It’s no secret that Earth is deteriorating rapidly thanks
or no thanks to humans, as our thirst for money, space and development is encroaching rapidly on nature and the environment. In Malaysia alone, many of our local wildlife species are in danger and will face extinction if something isn’t done to save these innocent creatures.
According to Harian Metro, based on statistics released by the Department of Wildlife and National Parks Peninsular Malaysia (Perhilitan), the wildlife population in Malaysia is under serious threat. Uncontrolled development and illegal poachers who would do anything for a quick buck are severely impacting the environment.
Now, the latest stats in recent years have been alarming to say the least, as wildlife deaths have been increasing every year from 2015 to 2017. In 2015, 6,258 deaths were recorded while in 2016 there were 6,767 deaths. For 2017, there were 7,451 wildlife deaths with Selangor, Johor and Perak having the highest number of deaths at 1,745, 1,616 and 792 respectively in 2018 alone. That’s terrible!
The director-general of Perhilitan, Datuk Abdul Kadir Abu Hashim, said that the department was constantly focusing on the threat of extinction that the wildlife in Malaysia is facing. They are trying to come up with the best ways to protect these wild animals and there are eight species that are highly endangered.
These include the Malayan tiger, Sumatran rhino, Malayan pangolin, banteng, elephant, sambar deer, Sumatran serow and the milky stork. Based on the information they have gathered, the numbers are really worrying as four of the species, namely the Malayan tiger, Sumatran rhino, Malayan pangolin, banteng are almost extinct.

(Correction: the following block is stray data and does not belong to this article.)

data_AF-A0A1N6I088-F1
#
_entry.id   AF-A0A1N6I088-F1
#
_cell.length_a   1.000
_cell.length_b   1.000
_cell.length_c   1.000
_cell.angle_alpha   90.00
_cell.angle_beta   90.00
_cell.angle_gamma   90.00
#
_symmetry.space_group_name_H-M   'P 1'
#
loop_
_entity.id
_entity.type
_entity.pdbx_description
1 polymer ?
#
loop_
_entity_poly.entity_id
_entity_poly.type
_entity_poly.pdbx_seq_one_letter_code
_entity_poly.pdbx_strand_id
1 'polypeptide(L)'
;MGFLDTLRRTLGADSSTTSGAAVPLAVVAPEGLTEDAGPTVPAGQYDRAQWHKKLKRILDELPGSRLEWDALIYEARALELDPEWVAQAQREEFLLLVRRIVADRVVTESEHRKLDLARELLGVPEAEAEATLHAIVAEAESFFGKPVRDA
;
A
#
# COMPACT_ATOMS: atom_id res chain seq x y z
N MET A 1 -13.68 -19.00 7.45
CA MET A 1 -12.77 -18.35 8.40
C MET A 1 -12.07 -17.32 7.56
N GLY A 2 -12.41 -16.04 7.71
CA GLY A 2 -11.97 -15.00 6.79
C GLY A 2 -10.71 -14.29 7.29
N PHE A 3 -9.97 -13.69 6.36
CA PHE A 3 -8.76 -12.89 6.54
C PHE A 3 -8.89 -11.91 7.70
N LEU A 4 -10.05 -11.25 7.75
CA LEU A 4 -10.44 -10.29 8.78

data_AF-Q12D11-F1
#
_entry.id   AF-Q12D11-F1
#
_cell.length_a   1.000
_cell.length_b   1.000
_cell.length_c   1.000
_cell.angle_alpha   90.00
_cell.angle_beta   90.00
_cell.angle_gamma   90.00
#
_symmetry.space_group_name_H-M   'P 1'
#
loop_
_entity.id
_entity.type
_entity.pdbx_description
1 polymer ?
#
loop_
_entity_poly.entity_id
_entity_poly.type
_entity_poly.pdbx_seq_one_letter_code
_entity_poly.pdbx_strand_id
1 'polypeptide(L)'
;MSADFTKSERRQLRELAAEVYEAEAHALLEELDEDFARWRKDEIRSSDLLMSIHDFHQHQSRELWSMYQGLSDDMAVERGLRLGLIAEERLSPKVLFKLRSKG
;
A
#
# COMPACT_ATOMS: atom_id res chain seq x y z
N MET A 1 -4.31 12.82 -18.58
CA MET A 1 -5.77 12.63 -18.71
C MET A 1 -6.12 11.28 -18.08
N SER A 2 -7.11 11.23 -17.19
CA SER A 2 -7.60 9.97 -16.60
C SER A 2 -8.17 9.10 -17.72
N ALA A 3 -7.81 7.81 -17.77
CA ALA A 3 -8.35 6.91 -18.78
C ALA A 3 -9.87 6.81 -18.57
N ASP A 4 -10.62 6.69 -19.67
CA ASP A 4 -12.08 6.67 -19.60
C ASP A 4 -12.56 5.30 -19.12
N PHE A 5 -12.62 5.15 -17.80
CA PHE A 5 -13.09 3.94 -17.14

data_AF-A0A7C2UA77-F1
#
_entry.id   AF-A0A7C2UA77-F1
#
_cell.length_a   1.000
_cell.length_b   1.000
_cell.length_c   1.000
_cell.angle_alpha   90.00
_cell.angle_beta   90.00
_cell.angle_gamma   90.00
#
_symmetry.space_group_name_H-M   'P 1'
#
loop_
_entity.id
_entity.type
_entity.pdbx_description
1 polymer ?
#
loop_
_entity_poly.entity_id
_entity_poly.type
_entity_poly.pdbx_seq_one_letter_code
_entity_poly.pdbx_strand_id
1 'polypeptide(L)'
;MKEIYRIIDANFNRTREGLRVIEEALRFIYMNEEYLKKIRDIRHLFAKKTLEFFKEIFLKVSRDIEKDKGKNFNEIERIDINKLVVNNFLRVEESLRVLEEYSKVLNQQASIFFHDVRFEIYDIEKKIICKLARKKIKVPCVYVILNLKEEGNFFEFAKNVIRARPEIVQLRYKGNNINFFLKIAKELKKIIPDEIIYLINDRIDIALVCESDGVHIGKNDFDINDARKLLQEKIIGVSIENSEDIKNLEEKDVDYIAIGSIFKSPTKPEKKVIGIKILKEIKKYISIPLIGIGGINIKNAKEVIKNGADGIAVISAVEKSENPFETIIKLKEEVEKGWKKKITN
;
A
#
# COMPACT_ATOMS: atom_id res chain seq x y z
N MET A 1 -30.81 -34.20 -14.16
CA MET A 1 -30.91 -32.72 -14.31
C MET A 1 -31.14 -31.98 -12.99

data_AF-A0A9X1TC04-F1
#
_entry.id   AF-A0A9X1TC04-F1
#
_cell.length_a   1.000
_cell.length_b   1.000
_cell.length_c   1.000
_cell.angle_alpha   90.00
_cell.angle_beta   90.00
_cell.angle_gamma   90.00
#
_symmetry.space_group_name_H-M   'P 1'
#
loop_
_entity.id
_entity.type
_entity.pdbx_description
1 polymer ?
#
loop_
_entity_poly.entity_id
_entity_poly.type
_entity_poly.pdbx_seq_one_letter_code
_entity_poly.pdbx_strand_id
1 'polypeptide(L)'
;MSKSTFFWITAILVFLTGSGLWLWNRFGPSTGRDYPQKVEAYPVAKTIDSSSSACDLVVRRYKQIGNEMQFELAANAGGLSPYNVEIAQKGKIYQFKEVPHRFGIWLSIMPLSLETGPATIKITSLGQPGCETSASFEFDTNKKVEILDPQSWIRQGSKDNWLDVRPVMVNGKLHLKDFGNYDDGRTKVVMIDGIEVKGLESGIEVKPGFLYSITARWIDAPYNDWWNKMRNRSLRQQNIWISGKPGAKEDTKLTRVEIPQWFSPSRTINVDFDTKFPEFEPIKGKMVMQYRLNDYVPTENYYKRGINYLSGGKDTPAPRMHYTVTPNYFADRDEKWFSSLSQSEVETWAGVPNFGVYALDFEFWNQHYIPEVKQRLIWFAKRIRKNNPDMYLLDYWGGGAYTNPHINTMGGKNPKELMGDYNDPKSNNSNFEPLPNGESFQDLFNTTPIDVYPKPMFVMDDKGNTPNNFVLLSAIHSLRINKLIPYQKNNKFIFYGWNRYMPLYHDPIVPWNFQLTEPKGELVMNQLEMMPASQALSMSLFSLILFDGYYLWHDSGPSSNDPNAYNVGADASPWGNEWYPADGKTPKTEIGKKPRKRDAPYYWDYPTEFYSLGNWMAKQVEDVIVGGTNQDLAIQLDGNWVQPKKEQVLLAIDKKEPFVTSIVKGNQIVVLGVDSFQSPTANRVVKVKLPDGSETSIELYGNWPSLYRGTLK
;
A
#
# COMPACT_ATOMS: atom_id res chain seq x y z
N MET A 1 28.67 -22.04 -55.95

Another infographic done by Harian Metro gives some insight into the numbers of these endangered species:
- Elephants – 1,000 to 1,100 in Peninsular Malaysia
- Gaur or Indian bison – 150 – 200
- Malayan tiger – less than 200
- Tapir – 700 to 800
- Sambar deer – 350 to 400
- Sumatran serow – 200 to 500
- Milky stork – 20 to 30
Abdul Kadir said that although the department had made efforts to educate and run awareness campaigns to ensure the public knows about these critically endangered species, illegal poaching and selling of wildlife is still rampant. These factors have caused untold damage to wildlife in Malaysia and is one of the main issues plaguing the environment.
You may think that the loss of wildlife doesn’t impact you, as you sit comfortably in your air-conditioned home, but these animals are really important for the health of forests. Forests serve as water catchment areas for biodiversity, and if you’re thinking that places like durian plantations and rubber tree estates count as forested areas, they don’t serve the same purposes, according to a report on Star2.
As the Native American saying goes, “When the last tree has been cut down, the last fish caught, the last river poisoned, only then will we realise that one cannot eat money.”
Hopefully, something can be done to save the environment because things aren’t looking very rosy!
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